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Just before I announced Darknet
, I sent an early preview build to Ben Kuchera, a writer at Polygon. The resulting article
was generally positive, but there was one negative point that came up right away:
“It sounds grindy”
This was a bad sign. (For those who don’t recognize the term, “grinding
” refers to mindless repetition in games.) I hate grinding. I’m fundamentally opposed to it, and I’ve always made an effort to keep it out of all my games. And yet, Ben was right. Somehow I had made a game in which you repeat the same task (solving a hacking puzzle
) over and over again. How did it come to this?
The grinding problem originated in the decisions I made at the very beginning of Darknet’s design. I decided to build a hacking game, and I immediately knew that I wanted the player to be hacking a network composed of lots of interconnected nodes. The player should be able to capture individual nodes and thereby influence the wider network, which I figured would provide a strong basis for some interesting strategic dynamics
. I also wanted the game to feature a wide range of difficulty (to support newbies and experts alike), and for various reasons
I wanted to give the player lots of freedom in choosing which level of difficulty they wanted to tackle.
Together, these decisions led to an unintended consequence. First, the primary action in the game is always to capture a node, which naturally lends itself to repetition. Second, the player can freely choose what difficulty of node they want to capture. Thus, the player is incentivized to go after the easiest possible nodes, over and over again, ad nauseum. Grinding. Ugh.
Let’s zoom out for a moment. You might ask: isn’t grinding ultimately the player’s choice? Why would players choose to grind if it’s not any fun? I think the answer lies in a concept called the Burden of Optimal Play, a term introduced in a great GDC talk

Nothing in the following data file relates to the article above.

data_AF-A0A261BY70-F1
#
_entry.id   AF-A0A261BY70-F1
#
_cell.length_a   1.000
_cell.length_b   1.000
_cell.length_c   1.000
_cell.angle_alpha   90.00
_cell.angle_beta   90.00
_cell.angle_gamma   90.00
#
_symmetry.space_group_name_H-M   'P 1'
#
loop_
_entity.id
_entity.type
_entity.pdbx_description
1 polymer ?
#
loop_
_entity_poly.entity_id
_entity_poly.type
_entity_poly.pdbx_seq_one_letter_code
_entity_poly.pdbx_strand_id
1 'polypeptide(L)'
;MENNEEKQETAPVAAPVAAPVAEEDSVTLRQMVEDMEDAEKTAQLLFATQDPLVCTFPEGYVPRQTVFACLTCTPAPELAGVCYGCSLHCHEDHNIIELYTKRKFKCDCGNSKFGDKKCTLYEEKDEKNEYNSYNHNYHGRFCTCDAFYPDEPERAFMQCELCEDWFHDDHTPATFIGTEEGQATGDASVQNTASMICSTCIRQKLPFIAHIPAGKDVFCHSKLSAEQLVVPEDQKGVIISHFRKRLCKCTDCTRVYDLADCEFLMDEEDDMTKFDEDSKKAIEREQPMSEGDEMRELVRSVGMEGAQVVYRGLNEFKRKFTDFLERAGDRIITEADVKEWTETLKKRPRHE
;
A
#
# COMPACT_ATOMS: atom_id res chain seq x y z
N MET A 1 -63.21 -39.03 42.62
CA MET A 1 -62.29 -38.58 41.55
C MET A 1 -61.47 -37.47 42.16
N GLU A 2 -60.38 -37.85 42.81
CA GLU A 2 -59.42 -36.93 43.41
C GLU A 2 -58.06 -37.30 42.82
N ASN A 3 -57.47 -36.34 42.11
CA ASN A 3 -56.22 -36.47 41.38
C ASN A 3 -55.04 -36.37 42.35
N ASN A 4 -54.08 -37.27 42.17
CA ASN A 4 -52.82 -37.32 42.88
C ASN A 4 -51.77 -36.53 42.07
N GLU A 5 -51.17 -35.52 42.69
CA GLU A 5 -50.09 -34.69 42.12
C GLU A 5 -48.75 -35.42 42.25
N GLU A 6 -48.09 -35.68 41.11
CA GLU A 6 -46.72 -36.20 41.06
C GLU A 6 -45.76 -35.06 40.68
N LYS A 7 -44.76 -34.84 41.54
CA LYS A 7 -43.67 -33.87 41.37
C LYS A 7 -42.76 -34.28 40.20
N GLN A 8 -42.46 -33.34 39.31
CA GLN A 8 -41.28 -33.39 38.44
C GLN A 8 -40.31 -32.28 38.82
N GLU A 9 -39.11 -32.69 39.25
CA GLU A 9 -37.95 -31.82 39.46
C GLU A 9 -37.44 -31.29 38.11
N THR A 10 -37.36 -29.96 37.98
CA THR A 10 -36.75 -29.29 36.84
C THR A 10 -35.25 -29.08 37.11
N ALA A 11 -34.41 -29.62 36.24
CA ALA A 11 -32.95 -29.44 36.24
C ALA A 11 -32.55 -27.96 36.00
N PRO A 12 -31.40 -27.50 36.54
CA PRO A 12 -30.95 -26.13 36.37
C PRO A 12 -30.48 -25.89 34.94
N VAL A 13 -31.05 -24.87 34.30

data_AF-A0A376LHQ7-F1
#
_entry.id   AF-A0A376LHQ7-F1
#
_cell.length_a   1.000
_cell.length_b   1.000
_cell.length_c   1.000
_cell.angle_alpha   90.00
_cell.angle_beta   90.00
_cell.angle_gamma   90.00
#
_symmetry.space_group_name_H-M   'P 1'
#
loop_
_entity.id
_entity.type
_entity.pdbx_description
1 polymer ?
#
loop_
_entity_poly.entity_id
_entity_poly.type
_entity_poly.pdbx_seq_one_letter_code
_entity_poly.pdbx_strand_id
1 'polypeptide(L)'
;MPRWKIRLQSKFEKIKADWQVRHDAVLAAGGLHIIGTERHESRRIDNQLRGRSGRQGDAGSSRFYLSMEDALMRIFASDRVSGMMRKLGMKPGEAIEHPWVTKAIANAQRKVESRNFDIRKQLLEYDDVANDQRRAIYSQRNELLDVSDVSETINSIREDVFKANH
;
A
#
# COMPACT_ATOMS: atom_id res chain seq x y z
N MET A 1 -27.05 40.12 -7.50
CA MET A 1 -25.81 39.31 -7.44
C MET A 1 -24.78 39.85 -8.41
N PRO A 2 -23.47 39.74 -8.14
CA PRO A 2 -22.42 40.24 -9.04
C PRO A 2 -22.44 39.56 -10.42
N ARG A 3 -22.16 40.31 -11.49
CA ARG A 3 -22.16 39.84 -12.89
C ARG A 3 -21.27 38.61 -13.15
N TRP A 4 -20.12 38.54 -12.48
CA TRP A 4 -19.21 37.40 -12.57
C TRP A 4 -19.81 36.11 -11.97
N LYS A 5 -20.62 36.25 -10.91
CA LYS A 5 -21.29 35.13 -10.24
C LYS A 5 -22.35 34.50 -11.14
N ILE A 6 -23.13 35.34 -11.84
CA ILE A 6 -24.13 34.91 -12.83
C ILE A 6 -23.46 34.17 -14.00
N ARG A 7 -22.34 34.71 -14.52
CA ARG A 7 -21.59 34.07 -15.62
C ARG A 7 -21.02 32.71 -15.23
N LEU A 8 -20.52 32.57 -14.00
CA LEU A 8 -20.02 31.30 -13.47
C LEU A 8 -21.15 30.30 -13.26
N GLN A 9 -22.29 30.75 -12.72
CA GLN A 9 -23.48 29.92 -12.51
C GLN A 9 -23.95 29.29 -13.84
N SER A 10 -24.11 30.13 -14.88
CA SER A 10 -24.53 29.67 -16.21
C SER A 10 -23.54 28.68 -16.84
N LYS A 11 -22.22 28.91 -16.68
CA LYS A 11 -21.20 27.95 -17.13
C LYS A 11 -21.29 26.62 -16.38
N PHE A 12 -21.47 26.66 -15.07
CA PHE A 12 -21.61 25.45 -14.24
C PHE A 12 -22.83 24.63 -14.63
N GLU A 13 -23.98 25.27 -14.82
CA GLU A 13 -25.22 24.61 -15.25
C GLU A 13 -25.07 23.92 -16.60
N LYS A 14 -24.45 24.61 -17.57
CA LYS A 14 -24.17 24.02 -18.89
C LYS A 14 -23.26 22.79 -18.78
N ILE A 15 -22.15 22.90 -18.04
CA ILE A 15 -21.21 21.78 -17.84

about Diablo 3. The speaker, Wyatt Cheng, defined it as “the idea that the player can increase their power level, but that they do so in a way that’s not necessarily enjoyable.”
Here’s how I think of it: Players will tend to make the choices that lead most directly and surely to victory. If you set up a goal that players care about, you should expect them to try to reach it as efficiently as possible. If the most efficient way to win (i.e. optimal play) is a pain in the ass, then you’re asking players to accept a worse experience in exchange for victory, and that’s a crappy way to treat your players. (There are lots of caveats that I could make here, but let’s stick with this simplistic version of the concept for now.)
The Burden of Optimal Play suggests a guideline for game designers: if you want the player to have fun, then the most effective path to victory should also be the most fun. Playing well should never result in a worse experience.
This guideline helped point toward the solution to Darknet’s grinding problems: I needed to make it clear that grinding is not an effective strategy.
Keep in mind that it’s not necessarily repetition that’s bad. (Most great games are repetitive in one way or another.) Rather, the problem is mindless repetition. The issue in Darknet was that players felt incentivized to seek out the easiest puzzles available, which was never an interesting challenge. All the hacking puzzles in Darknet are randomly generated, and since each network includes very difficult levels as well as very easy ones, all I really needed to do was incentivize the difficult levels more than the easy ones.
With that in mind, I made sure that the reward for completing a puzzle grew drastically with difficulty. Then, I added a time limit to each level. (This was actually planned from the beginning, as Ben noted in the Polygon article.) Together, these mechanics incentivize players to tackle the hardest puzzles that they can handle, lest they waste time on the less-valuable easy ones. Optimal play now requires players to overcome interesting challenges, rather than forcing them to accept the burden of the grind.
This has proven to be difficult to communicate to new players, however. When you enter your first game of Darknet, you don’t know how to judge a puzzle’s difficulty against its potential rewards, and you don’t realize right away that the more aggressive strategies tend to be more efficient. All you know is that some puzzles seem pretty much impossible, whereas tackling the easy ones seems to actually be getting you somewhere (albeit slowly). If you pursue that cautious strategy, you could easily come to the conclusion that the whole game is one big grind.
So, although I think I’ve dealt with the grinding at a mechanical level, I’ve still got a serious communication problem. Sure, the game isn’t meant to be played in a grindy way, but that doesn’t mean much if I don’t point players toward an alternative. I really value the freedom in Darknet’s design, and I don’t want to do anything heavy-handed like telling players how to play, but somehow I need to make the good experiences in Darknet more accessible than the bad ones.